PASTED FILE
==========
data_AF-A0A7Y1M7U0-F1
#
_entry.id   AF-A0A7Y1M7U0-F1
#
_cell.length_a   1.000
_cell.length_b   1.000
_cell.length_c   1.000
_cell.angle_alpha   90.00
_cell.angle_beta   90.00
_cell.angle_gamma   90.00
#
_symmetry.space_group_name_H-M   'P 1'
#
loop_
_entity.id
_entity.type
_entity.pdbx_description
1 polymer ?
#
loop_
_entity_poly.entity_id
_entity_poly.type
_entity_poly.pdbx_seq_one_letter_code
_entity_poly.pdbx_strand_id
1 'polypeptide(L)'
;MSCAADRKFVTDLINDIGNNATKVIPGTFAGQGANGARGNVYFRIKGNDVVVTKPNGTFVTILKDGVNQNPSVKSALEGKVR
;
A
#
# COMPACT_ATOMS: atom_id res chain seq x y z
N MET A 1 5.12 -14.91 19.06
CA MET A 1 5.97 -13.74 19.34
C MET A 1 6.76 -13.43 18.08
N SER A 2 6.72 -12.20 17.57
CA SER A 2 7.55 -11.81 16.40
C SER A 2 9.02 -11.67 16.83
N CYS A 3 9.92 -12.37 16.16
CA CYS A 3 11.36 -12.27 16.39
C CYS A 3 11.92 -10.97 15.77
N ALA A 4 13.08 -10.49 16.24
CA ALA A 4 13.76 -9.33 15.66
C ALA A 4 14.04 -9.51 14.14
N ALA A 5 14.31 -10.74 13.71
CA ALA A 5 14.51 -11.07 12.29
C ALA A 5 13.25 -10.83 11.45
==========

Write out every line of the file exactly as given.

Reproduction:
data_AF-A0A7Y1M7U0-F1
#
_entry.id   AF-A0A7Y1M7U0-F1
#
_cell.length_a   1.000
_cell.length_b   1.000
_cell.length_c   1.000
_cell.angle_alpha   90.00
_cell.angle_beta   90.00
_cell.angle_gamma   90.00
#
_symmetry.space_group_name_H-M   'P 1'
#
loop_
_entity.id
_entity.type
_entity.pdbx_description
1 polymer ?
#
loop_
_entity_poly.entity_id
_entity_poly.type
_entity_poly.pdbx_seq_one_letter_code
_entity_poly.pdbx_strand_id
1 'polypeptide(L)'
;MSCAADRKFVTDLINDIGNNATKVIPGTFAGQGANGARGNVYFRIKGNDVVVTKPNGTFVTILKDGVNQNPSVKSALEGKVR
;
A
#
# COMPACT_ATOMS: atom_id res chain seq x y z
N MET A 1 5.12 -14.91 19.06
CA MET A 1 5.97 -13.74 19.34
C MET A 1 6.76 -13.43 18.08
N SER A 2 6.72 -12.20 17.57
CA SER A 2 7.55 -11.81 16.40
C SER A 2 9.02 -11.67 16.83
N CYS A 3 9.92 -12.37 16.16
CA CYS A 3 11.36 -12.27 16.39
C CYS A 3 11.92 -10.97 15.77
N ALA A 4 13.08 -10.49 16.24
CA ALA A 4 13.76 -9.33 15.66
C ALA A 4 14.04 -9.51 14.14
N ALA A 5 14.31 -10.74 13.71
CA ALA A 5 14.51 -11.07 12.29
C ALA A 5 13.25 -10.83 11.45